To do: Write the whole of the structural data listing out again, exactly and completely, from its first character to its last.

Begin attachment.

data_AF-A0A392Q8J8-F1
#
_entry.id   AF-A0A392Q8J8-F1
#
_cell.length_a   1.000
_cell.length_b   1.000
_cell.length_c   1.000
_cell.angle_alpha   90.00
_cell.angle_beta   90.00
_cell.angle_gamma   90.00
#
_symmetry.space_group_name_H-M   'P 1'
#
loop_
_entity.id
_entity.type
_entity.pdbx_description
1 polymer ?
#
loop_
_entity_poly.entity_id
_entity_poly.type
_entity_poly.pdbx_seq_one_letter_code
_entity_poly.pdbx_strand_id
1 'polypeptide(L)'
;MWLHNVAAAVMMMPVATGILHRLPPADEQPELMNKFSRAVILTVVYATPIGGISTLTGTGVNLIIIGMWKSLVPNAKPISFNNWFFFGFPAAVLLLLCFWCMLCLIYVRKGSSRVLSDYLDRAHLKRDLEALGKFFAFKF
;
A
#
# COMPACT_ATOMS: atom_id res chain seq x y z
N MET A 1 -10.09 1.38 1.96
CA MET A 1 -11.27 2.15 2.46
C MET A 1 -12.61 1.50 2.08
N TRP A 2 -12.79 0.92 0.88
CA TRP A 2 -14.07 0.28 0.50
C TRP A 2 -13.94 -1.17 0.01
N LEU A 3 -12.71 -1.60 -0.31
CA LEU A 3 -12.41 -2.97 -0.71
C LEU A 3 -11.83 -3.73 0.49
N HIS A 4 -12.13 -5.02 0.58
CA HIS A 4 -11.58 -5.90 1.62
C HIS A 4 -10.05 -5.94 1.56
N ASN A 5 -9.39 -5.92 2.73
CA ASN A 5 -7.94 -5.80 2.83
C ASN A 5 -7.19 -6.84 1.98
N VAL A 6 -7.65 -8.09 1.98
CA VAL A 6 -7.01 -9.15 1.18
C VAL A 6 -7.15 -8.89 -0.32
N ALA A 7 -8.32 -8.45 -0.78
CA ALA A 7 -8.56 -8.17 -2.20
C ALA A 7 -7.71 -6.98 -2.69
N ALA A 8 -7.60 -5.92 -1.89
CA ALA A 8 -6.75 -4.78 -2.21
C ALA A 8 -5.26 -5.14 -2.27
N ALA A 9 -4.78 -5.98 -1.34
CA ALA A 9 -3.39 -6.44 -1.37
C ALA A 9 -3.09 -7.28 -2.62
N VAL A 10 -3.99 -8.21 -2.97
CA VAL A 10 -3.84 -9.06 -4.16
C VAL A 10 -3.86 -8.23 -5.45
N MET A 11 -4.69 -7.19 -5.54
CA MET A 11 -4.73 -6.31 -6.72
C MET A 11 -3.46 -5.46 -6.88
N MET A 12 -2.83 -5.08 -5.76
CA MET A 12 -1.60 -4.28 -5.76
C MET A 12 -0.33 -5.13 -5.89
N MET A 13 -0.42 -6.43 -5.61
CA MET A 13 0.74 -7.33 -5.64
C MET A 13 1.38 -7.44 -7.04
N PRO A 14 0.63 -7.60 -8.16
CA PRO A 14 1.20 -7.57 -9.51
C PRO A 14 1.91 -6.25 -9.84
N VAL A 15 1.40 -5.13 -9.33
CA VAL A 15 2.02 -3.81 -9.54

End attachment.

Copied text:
data_AF-A0A392Q8J8-F1
#
_entry.id   AF-A0A392Q8J8-F1
#
_cell.length_a   1.000
_cell.length_b   1.000
_cell.length_c   1.000
_cell.angle_alpha   90.00
_cell.angle_beta   90.00
_cell.angle_gamma   90.00
#
_symmetry.space_group_name_H-M   'P 1'
#
loop_
_entity.id
_entity.type
_entity.pdbx_description
1 polymer ?
#
loop_
_entity_poly.entity_id
_entity_poly.type
_entity_poly.pdbx_seq_one_letter_code
_entity_poly.pdbx_strand_id
1 'polypeptide(L)'
;MWLHNVAAAVMMMPVATGILHRLPPADEQPELMNKFSRAVILTVVYATPIGGISTLTGTGVNLIIIGMWKSLVPNAKPISFNNWFFFGFPAAVLLLLCFWCMLCLIYVRKGSSRVLSDYLDRAHLKRDLEALGKFFAFKF
;
A
#
# COMPACT_ATOMS: atom_id res chain seq x y z
N MET A 1 -10.09 1.38 1.96
CA MET A 1 -11.27 2.15 2.46
C MET A 1 -12.61 1.50 2.08
N TRP A 2 -12.79 0.92 0.88
CA TRP A 2 -14.07 0.28 0.50
C TRP A 2 -13.94 -1.17 0.01
N LEU A 3 -12.71 -1.60 -0.31
CA LEU A 3 -12.41 -2.97 -0.71
C LEU A 3 -11.83 -3.73 0.49
N HIS A 4 -12.13 -5.02 0.58
CA HIS A 4 -11.58 -5.90 1.62
C HIS A 4 -10.05 -5.94 1.56
N ASN A 5 -9.39 -5.92 2.73
CA ASN A 5 -7.94 -5.80 2.83
C ASN A 5 -7.19 -6.84 1.98
N VAL A 6 -7.65 -8.09 1.98
CA VAL A 6 -7.01 -9.15 1.18
C VAL A 6 -7.15 -8.89 -0.32
N ALA A 7 -8.32 -8.45 -0.78
CA ALA A 7 -8.56 -8.17 -2.20
C ALA A 7 -7.71 -6.98 -2.69
N ALA A 8 -7.60 -5.92 -1.89
CA ALA A 8 -6.75 -4.78 -2.21
C ALA A 8 -5.26 -5.14 -2.27
N ALA A 9 -4.78 -5.98 -1.34
CA ALA A 9 -3.39 -6.44 -1.37
C ALA A 9 -3.09 -7.28 -2.62
N VAL A 10 -3.99 -8.21 -2.97
CA VAL A 10 -3.84 -9.06 -4.16
C VAL A 10 -3.86 -8.23 -5.45
N MET A 11 -4.69 -7.19 -5.54
CA MET A 11 -4.73 -6.31 -6.72
C MET A 11 -3.46 -5.46 -6.88
N MET A 12 -2.83 -5.08 -5.76
CA MET A 12 -1.60 -4.28 -5.76
C MET A 12 -0.33 -5.13 -5.89
N MET A 13 -0.42 -6.43 -5.61
CA MET A 13 0.74 -7.33 -5.64
C MET A 13 1.38 -7.44 -7.04
N PRO A 14 0.63 -7.60 -8.16
CA PRO A 14 1.20 -7.57 -9.51
C PRO A 14 1.91 -6.25 -9.84
N VAL A 15 1.40 -5.13 -9.33
CA VAL A 15 2.02 -3.81 -9.54